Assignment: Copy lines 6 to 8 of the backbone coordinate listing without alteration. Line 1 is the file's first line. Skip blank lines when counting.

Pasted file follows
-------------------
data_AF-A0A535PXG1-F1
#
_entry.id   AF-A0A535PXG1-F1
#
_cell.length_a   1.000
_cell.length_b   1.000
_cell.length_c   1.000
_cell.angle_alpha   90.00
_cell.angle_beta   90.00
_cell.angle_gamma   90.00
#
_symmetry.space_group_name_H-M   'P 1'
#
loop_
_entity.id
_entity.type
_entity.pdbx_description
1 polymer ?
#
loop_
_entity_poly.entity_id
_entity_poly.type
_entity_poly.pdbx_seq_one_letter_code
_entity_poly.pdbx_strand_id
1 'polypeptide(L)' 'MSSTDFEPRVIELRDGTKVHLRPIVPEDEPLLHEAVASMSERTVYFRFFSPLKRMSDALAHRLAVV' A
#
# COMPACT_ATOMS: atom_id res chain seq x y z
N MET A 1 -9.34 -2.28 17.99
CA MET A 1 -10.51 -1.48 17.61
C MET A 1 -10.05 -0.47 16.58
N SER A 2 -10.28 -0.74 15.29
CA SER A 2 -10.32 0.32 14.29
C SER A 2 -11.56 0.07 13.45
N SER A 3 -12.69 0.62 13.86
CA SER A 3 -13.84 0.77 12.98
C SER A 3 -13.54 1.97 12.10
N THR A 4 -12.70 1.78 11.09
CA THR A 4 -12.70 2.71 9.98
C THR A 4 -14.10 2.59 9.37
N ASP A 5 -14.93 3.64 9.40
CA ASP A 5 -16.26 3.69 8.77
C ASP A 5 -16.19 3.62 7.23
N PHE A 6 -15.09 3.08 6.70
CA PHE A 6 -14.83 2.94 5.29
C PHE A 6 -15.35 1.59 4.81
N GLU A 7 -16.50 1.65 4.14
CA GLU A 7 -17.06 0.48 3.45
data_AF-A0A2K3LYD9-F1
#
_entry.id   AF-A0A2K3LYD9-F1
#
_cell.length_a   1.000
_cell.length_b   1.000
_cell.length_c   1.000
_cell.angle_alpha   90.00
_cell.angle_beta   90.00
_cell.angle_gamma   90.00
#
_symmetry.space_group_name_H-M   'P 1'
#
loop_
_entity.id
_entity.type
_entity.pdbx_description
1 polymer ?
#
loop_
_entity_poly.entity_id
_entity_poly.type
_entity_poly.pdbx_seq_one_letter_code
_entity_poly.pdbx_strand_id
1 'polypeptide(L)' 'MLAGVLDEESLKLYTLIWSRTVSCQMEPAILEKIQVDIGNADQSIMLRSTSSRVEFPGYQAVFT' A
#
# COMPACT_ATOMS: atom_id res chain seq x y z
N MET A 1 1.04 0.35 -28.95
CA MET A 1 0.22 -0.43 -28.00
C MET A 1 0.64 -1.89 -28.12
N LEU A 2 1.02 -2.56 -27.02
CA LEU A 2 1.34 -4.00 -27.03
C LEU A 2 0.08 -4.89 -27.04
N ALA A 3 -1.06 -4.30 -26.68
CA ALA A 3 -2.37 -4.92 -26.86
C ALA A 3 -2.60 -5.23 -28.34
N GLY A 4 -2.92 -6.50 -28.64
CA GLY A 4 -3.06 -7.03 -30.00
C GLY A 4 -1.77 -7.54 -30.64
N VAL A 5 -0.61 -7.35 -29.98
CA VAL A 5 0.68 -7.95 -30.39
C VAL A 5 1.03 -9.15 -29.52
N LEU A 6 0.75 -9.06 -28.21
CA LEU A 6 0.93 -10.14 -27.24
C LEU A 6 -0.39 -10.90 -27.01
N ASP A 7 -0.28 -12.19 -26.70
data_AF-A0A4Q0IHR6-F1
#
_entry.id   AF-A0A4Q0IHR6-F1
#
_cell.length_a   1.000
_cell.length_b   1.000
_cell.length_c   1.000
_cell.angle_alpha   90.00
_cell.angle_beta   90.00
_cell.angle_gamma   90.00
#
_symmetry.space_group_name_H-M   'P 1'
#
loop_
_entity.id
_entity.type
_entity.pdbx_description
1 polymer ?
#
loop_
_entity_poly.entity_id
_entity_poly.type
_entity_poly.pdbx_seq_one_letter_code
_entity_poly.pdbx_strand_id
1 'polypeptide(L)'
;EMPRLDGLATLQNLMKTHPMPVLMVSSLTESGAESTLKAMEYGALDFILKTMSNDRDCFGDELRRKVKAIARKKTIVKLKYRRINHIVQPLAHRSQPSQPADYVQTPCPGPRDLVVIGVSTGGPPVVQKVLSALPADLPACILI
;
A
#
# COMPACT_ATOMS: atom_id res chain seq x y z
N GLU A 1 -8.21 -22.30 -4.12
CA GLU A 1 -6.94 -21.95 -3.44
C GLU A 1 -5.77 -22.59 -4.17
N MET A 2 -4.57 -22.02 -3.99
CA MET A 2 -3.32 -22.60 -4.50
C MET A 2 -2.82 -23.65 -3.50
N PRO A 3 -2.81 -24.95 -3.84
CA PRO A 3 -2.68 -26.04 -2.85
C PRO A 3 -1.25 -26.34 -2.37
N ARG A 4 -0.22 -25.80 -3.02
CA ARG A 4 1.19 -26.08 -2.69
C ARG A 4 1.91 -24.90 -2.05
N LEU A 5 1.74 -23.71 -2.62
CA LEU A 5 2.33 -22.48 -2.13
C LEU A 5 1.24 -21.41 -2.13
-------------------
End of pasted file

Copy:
_cell.length_b   1.000
_cell.length_c   1.000
_cell.angle_alpha   90.00